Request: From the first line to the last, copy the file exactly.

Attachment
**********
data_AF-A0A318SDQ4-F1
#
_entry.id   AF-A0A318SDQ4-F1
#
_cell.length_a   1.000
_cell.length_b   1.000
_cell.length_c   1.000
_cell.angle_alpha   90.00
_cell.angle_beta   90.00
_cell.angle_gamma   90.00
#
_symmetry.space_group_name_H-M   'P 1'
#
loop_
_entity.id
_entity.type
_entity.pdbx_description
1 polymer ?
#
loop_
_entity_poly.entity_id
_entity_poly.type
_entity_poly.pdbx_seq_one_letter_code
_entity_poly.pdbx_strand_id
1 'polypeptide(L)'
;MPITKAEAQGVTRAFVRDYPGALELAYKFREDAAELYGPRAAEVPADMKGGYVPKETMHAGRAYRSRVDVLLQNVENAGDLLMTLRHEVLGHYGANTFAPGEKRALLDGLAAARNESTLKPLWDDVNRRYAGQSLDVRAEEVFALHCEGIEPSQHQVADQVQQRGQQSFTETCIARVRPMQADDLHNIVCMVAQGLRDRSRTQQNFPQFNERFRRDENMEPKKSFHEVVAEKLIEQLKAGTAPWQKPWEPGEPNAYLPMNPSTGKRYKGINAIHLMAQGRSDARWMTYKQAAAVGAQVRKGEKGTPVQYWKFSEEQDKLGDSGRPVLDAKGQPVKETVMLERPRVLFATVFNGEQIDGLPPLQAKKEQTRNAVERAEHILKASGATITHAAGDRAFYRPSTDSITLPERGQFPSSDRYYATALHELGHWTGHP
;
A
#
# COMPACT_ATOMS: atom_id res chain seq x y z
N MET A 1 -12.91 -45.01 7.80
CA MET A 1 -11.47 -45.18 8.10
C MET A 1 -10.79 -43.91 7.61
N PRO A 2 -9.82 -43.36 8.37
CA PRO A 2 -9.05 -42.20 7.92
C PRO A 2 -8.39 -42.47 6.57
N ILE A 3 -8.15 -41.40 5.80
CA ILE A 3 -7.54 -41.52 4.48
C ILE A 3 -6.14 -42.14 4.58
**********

data_AF-A0A318SDQ4-F1
#
_entry.id   AF-A0A318SDQ4-F1
#
_cell.length_a   1.000
_cell.length_b   1.000
_cell.length_c   1.000
_cell.angle_alpha   90.00
_cell.angle_beta   90.00
_cell.angle_gamma   90.00
#
_symmetry.space_group_name_H-M   'P 1'
#
loop_
_entity.id
_entity.type
_entity.pdbx_description
1 polymer ?
#
loop_
_entity_poly.entity_id
_entity_poly.type
_entity_poly.pdbx_seq_one_letter_code
_entity_poly.pdbx_strand_id
1 'polypeptide(L)'
;MPITKAEAQGVTRAFVRDYPGALELAYKFREDAAELYGPRAAEVPADMKGGYVPKETMHAGRAYRSRVDVLLQNVENAGDLLMTLRHEVLGHYGANTFAPGEKRALLDGLAAARNESTLKPLWDDVNRRYAGQSLDVRAEEVFALHCEGIEPSQHQVADQVQQRGQQSFTETCIARVRPMQADDLHNIVCMVAQGLRDRSRTQQNFPQFNERFRRDENMEPKKSFHEVVAEKLIEQLKAGTAPWQKPWEPGEPNAYLPMNPSTGKRYKGINAIHLMAQGRSDARWMTYKQAAAVGAQVRKGEKGTPVQYWKFSEEQDKLGDSGRPVLDAKGQPVKETVMLERPRVLFATVFNGEQIDGLPPLQAKKEQTRNAVERAEHILKASGATITHAAGDRAFYRPSTDSITLPERGQFPSSDRYYATALHELGHWTGHP
;
A
#
# COMPACT_ATOMS: atom_id res chain seq x y z
N MET A 1 -12.91 -45.01 7.80
CA MET A 1 -11.47 -45.18 8.10
C MET A 1 -10.79 -43.91 7.61
N PRO A 2 -9.82 -43.36 8.37
CA PRO A 2 -9.05 -42.20 7.92
C PRO A 2 -8.39 -42.47 6.57
N ILE A 3 -8.15 -41.40 5.80
CA ILE A 3 -7.54 -41.52 4.48
C ILE A 3 -6.14 -42.14 4.58